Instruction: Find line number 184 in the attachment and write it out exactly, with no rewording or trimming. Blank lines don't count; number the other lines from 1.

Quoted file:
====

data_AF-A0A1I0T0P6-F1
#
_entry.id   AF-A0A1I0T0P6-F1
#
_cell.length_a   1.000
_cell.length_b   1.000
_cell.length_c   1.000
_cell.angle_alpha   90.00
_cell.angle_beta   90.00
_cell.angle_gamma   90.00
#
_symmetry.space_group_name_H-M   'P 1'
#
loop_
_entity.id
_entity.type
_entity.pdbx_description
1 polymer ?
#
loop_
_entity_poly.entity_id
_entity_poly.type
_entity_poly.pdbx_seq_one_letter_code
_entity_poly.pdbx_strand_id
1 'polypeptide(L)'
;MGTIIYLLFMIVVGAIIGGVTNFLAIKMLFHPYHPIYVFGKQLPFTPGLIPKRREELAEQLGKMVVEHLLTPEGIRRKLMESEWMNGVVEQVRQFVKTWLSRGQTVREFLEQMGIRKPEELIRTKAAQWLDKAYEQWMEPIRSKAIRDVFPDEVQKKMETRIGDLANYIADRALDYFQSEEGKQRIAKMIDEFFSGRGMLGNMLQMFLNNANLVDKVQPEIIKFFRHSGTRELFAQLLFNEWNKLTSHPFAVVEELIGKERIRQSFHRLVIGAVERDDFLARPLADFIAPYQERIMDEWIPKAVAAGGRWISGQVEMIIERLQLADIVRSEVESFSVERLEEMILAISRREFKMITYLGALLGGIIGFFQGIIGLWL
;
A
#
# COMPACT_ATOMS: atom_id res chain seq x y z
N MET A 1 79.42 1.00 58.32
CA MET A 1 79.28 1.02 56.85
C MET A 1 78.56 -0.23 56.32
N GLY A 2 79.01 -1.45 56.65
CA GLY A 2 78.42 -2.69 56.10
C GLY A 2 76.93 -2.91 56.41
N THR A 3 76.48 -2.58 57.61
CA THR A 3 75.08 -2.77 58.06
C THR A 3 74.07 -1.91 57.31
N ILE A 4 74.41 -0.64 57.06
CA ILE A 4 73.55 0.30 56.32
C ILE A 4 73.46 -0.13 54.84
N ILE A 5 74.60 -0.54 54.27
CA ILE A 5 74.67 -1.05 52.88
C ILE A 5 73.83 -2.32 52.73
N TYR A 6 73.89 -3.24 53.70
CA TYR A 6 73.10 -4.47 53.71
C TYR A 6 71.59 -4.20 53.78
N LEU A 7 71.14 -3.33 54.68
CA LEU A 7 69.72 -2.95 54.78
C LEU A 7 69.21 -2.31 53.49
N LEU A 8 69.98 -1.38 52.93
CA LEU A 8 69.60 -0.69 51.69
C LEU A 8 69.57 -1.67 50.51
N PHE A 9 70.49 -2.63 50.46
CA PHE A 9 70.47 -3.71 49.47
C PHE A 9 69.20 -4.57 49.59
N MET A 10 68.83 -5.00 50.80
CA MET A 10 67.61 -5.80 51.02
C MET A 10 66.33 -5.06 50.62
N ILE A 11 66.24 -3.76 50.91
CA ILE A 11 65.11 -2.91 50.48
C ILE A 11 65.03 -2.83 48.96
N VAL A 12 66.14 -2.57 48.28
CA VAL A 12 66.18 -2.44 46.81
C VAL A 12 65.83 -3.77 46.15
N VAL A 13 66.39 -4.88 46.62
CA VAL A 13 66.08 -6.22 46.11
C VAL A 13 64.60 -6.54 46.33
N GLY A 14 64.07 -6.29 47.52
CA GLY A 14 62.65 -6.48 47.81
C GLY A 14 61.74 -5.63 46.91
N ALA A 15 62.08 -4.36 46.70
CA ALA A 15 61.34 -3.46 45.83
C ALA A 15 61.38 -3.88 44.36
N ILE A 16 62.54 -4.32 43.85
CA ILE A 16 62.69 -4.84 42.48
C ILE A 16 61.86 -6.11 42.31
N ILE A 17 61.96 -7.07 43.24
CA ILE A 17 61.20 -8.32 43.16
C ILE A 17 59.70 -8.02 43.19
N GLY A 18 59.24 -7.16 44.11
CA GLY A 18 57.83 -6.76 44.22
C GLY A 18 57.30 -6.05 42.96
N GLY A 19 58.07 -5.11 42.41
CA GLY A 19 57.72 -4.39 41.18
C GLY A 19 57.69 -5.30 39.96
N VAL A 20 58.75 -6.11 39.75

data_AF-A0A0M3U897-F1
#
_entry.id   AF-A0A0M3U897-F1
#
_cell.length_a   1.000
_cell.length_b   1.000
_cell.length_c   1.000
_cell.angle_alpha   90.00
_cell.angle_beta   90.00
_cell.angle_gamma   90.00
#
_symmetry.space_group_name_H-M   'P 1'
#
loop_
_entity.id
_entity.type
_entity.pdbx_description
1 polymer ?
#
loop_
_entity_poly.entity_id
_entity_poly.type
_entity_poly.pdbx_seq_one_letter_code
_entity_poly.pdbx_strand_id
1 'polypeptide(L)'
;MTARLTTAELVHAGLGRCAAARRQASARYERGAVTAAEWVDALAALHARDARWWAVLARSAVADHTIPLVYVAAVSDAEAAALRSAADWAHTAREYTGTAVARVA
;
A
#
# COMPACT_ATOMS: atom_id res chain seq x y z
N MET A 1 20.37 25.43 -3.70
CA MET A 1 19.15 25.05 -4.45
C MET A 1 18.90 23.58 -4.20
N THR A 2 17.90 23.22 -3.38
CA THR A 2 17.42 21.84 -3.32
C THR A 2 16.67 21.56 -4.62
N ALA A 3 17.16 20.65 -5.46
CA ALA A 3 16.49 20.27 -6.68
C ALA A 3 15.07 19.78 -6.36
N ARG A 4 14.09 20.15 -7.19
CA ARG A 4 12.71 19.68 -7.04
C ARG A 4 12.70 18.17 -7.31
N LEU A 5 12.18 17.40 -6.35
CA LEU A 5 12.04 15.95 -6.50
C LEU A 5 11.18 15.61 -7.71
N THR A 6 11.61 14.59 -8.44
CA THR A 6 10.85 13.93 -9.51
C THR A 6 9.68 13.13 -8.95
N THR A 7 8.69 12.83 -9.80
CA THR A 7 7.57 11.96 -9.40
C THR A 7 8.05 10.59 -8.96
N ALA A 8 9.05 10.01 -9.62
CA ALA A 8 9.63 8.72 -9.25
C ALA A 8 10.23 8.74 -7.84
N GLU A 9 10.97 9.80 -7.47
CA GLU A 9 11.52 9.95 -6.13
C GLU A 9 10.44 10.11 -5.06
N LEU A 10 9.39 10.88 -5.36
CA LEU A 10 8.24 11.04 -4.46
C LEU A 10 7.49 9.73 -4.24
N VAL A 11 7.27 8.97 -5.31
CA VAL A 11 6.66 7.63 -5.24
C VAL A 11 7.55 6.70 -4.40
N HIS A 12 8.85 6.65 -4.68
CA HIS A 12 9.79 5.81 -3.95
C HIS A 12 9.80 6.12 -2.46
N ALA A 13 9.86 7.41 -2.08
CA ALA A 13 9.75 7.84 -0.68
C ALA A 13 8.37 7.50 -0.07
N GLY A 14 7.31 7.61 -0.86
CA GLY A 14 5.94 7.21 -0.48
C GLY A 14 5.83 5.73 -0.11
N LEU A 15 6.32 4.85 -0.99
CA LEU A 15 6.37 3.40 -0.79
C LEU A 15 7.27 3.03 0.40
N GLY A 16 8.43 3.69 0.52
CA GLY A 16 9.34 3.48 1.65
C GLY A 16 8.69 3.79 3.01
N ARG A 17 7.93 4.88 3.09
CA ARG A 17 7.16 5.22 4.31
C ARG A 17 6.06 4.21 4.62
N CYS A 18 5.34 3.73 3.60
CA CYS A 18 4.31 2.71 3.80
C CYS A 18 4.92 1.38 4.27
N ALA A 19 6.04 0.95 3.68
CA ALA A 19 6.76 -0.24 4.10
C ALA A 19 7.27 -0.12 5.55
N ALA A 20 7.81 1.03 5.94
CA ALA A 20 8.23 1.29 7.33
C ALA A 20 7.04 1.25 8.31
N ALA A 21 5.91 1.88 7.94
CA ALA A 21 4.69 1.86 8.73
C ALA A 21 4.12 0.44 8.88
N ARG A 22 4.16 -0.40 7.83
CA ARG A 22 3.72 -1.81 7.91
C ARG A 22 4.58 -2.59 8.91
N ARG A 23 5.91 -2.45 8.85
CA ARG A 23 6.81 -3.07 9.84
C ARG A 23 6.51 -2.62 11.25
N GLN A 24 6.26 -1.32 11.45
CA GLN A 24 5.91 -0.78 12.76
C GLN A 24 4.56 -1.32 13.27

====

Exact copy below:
C ARG A 22 4.58 -2.59 8.91